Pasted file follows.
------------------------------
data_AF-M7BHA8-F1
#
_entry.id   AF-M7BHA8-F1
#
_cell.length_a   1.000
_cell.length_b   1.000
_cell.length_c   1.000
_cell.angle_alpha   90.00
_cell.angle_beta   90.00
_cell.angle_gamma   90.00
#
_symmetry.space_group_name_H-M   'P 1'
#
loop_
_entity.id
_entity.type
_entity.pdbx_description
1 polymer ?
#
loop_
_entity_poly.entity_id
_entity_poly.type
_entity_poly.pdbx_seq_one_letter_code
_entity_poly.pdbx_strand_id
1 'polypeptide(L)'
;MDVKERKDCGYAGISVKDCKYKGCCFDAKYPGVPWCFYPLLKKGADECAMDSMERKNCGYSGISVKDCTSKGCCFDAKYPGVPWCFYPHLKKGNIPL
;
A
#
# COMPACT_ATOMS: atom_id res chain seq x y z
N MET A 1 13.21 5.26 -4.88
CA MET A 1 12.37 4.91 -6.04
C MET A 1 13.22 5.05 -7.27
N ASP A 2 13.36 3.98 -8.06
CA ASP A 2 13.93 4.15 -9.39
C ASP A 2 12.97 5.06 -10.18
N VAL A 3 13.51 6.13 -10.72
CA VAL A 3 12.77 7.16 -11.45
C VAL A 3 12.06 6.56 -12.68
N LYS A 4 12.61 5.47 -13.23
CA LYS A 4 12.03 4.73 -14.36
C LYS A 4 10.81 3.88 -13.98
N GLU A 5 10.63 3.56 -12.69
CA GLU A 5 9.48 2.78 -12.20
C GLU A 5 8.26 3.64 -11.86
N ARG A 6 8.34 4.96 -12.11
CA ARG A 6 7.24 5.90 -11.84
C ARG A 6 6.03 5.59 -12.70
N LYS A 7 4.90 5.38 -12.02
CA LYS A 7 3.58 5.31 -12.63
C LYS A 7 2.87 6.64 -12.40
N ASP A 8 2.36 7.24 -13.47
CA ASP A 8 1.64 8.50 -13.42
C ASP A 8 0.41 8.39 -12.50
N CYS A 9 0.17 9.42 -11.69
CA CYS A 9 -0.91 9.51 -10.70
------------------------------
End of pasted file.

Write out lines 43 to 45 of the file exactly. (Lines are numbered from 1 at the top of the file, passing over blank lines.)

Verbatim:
N GLU A 5 10.63 3.56 -12.69
CA GLU A 5 9.48 2.78 -12.20
C GLU A 5 8.26 3.64 -11.86